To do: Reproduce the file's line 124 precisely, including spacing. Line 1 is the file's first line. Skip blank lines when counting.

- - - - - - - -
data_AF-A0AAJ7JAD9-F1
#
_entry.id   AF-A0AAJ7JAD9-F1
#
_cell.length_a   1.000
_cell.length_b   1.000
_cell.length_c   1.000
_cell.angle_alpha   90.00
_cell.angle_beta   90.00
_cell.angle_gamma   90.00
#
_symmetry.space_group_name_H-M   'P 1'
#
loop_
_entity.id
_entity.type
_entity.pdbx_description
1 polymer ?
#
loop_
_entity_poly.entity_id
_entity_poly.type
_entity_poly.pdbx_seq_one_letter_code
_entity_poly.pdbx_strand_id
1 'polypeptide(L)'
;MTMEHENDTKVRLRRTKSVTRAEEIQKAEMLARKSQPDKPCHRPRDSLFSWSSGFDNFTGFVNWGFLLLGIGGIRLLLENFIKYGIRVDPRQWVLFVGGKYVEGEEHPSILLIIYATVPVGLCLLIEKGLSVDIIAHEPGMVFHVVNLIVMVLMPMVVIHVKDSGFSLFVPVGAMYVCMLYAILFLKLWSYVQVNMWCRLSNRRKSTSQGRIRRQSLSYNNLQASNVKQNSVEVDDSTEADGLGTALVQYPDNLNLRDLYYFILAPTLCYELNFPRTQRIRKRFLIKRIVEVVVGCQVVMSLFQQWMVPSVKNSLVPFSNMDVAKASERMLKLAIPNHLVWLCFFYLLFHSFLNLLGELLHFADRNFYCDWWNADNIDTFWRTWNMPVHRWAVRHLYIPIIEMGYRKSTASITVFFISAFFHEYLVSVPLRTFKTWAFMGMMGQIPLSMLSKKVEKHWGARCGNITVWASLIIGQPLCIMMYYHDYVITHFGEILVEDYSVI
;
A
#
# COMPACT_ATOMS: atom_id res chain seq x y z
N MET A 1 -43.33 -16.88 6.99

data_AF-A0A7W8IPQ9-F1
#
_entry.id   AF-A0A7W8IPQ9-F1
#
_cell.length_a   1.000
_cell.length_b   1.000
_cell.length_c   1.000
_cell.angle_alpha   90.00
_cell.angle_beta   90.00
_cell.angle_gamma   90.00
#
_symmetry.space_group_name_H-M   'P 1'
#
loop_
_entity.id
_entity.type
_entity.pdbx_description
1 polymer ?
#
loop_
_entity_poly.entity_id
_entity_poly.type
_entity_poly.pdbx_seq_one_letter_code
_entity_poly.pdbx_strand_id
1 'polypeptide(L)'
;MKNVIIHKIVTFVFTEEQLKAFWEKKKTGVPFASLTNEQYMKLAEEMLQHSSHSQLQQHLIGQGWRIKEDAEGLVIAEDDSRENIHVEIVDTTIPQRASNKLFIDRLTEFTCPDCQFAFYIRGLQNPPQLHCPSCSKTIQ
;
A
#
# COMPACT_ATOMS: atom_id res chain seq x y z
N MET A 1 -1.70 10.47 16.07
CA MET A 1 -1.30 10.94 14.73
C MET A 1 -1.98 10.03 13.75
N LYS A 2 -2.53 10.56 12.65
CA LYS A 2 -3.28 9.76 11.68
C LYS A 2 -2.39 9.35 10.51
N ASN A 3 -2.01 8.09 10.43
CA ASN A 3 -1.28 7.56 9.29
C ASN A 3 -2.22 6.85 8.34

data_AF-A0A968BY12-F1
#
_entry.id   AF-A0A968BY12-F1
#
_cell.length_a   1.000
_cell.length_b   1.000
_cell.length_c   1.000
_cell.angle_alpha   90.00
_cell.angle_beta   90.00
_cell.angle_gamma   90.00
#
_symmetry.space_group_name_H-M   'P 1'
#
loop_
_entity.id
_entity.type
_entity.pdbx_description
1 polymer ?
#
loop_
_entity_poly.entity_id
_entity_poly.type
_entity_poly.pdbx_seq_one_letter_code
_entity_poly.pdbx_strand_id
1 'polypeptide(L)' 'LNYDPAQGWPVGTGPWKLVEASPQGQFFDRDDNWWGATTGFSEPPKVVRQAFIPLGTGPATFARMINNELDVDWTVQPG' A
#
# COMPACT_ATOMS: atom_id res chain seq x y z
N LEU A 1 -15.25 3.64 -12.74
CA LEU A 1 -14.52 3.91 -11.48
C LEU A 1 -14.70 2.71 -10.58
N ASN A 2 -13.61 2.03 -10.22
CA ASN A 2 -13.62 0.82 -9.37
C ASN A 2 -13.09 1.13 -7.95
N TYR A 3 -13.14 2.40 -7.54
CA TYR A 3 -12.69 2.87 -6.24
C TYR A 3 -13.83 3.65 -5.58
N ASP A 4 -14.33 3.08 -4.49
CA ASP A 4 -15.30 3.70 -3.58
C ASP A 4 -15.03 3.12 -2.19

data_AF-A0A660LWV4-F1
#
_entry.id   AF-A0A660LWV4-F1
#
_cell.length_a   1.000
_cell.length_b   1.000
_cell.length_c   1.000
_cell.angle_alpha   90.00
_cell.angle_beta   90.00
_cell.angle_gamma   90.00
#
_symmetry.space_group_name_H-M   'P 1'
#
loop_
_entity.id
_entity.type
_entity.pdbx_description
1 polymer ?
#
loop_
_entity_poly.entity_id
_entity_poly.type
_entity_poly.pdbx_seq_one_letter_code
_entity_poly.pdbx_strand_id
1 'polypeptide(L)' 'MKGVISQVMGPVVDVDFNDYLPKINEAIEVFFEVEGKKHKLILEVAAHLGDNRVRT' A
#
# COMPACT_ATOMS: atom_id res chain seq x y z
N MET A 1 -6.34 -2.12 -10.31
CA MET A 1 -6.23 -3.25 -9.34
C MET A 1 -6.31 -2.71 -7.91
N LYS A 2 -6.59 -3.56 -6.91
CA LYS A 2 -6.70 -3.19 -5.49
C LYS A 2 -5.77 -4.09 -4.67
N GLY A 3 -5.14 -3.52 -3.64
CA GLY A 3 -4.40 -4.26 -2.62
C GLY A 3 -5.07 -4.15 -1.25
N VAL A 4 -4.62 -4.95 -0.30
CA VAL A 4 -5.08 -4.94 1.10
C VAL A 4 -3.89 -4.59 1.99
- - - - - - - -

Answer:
_entity.id